Rialto Stepping Into Economic Success

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Two of the major focuses of Rialto’s redevelopment plans are to attract new “green” industries, which promote the use of new environmentally friendly technologies; and Rialto Renaissance, which is converting the city’s underused municipal airport into a mixture of commercial, industrial and residential uses.

As the nation and the Inland Empire step out of one of the worst recessions in more than 70 years, the City of Rialto is poised to take advantage of this with several large projects designed to bring jobs and revenue to the city.

“We are attracting new businesses and green industries to Rialto already,” said Robb Steel, director of the Redevelopment Agency of the City of Rialto. “Once the economy recovers more fully we will be able to accomplish even more.”

Two of the major focuses of Rialto’s redevelopment plans are to attract new “green” industries, which promote the use of new environmentally friendly technologies; and Rialto Renaissance, which is converting the city’s underused municipal airport into a mixture of commercial, industrial and residential uses.

Even in difficult economic times, Rialto has received national attention for bringing in two new companies, both representative of the types of “green” industries Rialto city leaders hope will someday be a key part of the city’s economy.

“They are models of the types of industries we’re looking for,” Steel said.

Enertech, which opened a plant in Rialto in March 2009, converts biosolids into fuel using a patented process known as SlurryCarb. This process removes more water, produces twice as much solid matter (fuel pellets) and uses 60 percent less energy than conventional ways of converting biosolids into fuel.

The company is obtaining its biosolids from the sanitation departments of Rialto and Riverside, the San Bernardino Municipal Water District, and sanitation districts serving Orange and Los Angeles counties. After converting them into fuel pellets, it is supplying clean-burning energy to fire the kilns of local cement companies.

Rentech makes synthetic fuel such as synthetic diesel and synthetic gasoline, primarily from yard waste such as pruned tree branches . It has a contract to deliver synthetic aviation fuel to the Los Angeles World Airports, including Ontario International (ONT) and Los Angeles International (LAX.)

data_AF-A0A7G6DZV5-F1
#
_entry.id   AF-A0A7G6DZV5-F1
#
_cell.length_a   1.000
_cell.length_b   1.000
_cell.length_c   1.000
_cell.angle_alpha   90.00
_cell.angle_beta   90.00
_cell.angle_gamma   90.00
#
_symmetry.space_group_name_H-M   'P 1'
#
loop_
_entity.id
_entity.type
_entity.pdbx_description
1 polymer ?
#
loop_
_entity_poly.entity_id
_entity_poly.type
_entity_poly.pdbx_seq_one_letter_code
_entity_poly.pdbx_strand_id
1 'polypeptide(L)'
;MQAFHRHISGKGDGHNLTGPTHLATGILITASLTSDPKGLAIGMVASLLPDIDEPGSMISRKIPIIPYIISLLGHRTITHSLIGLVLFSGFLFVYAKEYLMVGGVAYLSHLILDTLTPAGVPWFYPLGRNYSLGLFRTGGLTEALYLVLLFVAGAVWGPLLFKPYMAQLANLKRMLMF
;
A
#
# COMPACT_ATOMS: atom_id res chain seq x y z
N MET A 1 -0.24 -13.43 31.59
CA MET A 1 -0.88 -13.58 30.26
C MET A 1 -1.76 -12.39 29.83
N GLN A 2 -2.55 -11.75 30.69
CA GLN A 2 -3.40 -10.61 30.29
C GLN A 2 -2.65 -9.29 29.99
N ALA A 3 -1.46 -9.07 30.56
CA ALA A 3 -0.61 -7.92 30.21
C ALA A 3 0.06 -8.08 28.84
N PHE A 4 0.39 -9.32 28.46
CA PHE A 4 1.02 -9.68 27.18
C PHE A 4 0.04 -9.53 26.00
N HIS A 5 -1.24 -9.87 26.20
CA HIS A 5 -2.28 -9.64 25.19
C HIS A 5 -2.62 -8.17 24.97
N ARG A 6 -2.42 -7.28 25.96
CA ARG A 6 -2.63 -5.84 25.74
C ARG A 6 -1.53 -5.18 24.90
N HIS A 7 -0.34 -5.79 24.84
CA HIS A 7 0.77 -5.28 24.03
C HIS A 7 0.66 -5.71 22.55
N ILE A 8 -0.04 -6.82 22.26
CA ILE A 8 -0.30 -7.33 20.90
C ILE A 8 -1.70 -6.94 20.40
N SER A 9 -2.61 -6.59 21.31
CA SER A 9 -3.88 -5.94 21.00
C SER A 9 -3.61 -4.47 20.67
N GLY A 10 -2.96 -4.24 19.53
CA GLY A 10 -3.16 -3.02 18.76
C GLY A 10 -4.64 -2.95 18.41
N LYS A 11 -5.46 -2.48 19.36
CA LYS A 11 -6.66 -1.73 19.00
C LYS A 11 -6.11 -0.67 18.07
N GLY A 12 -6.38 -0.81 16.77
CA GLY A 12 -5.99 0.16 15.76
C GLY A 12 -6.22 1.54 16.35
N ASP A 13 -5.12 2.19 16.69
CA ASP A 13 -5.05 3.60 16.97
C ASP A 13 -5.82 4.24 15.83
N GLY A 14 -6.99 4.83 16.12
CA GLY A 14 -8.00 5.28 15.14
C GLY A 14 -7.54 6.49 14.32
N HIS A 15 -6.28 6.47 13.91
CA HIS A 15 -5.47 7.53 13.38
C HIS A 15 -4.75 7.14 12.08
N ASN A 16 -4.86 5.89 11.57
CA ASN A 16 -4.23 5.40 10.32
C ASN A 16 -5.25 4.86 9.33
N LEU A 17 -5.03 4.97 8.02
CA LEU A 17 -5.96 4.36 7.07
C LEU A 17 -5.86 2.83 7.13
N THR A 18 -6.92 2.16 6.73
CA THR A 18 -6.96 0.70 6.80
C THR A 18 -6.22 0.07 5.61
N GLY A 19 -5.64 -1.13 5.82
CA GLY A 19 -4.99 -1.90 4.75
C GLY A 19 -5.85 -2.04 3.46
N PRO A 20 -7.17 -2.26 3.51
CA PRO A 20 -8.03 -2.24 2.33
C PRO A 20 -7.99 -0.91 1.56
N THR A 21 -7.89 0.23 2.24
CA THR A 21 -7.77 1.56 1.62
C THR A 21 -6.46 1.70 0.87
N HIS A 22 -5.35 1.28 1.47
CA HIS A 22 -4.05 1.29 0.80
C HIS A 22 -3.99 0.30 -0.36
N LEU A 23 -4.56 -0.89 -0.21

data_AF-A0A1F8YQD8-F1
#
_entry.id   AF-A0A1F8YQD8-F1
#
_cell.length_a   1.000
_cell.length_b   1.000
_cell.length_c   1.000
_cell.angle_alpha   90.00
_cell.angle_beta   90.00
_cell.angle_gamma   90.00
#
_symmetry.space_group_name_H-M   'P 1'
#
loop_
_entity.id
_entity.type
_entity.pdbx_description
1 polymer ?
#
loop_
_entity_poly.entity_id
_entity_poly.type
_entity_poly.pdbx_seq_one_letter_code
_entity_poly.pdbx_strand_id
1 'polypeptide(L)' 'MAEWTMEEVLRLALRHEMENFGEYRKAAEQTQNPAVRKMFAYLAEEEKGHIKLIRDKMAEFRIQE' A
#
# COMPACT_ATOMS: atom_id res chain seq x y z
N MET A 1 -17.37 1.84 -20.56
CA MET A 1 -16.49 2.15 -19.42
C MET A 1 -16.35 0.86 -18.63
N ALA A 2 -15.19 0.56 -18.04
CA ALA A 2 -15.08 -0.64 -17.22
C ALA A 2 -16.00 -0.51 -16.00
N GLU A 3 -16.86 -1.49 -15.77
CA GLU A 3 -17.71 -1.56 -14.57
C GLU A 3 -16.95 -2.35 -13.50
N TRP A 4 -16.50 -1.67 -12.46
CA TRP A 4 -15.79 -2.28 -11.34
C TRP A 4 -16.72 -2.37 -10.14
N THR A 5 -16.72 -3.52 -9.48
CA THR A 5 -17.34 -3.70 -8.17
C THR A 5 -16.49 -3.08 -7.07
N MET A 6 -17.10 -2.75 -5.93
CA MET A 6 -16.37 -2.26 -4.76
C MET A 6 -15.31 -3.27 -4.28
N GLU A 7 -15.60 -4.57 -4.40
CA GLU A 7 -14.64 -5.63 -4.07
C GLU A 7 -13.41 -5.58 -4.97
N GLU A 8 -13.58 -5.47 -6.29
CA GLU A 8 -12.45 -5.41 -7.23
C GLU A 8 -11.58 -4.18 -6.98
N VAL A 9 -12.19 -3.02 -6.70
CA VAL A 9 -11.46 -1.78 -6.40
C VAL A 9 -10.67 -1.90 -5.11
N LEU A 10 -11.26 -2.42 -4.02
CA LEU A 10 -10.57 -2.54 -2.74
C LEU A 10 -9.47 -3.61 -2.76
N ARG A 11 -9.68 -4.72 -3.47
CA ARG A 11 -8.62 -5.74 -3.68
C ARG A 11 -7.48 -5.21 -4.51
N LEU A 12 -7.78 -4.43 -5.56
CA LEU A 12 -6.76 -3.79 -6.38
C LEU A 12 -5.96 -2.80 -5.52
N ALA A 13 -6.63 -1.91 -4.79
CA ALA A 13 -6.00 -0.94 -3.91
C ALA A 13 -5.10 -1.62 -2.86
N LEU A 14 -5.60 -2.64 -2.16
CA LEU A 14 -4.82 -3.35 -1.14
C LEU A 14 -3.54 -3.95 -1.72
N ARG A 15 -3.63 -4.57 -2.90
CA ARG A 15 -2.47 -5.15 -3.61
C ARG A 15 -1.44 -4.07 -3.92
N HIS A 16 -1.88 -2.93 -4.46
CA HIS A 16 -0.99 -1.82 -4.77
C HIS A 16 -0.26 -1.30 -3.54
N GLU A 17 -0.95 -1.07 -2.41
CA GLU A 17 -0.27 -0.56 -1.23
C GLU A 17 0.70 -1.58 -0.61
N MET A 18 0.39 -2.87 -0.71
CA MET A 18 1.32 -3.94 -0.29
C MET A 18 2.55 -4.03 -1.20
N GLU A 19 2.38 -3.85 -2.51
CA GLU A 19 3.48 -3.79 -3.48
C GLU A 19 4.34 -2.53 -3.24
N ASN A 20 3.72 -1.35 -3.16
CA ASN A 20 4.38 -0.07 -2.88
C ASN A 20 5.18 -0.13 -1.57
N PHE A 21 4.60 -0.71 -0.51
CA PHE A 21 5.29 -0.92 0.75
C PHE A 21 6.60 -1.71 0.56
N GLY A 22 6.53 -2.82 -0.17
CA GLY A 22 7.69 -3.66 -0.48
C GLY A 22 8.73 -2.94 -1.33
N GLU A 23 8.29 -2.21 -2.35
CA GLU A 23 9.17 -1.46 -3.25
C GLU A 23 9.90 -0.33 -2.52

This fuel meets California’s stringent clean air standards, and can also be used in other states.

The other major project, Renaissance Rialto, takes advantage of the airport’s proximity to two off-ramps of the 210 Freeway, and is expected to bring in businesses that can hire many of the city’s residents.

“We want to bring jobs that match all of our residents skill sets,” Steel said. “Some of our residents are highly educated, others have learned specific trades, and others might be seeking an entry-level job to help finance their further education.”

The Redevelopment Agency is now working with a developer to get through the City of Rialto’s approval process for large projects, and is also waiting for greater economic recovery. Once it can break ground, the developer will have to begin by installing infrastructure, such as roads and sewers.

Steel expects the first new businesses developed through Renaissance Rialto to open in 2013 if the economic recovery is as strong as expected by then. They will, in the first few years, operate alongside the airport, but within a few years, the city will convert the airport itself to other uses.

“It is a Herculean effort to convert a municipal airport to a multiple-use development on the scale of Renaissance Rialto,” Steel said. “But it has good prospects, whereas the property is expensive to maintain as an airport. and the City Council of Rialto believes this is a better direction.”

Rialto is a city of approximately 100,000 ethnically diverse residents, but still maintains a small-town, family-friendly atmosphere. It provides affordable opportunities for new businesses and new residents.

For more information about Rialto, go to http://www.ci.rialto.ca.us or call (909) 820-2525.

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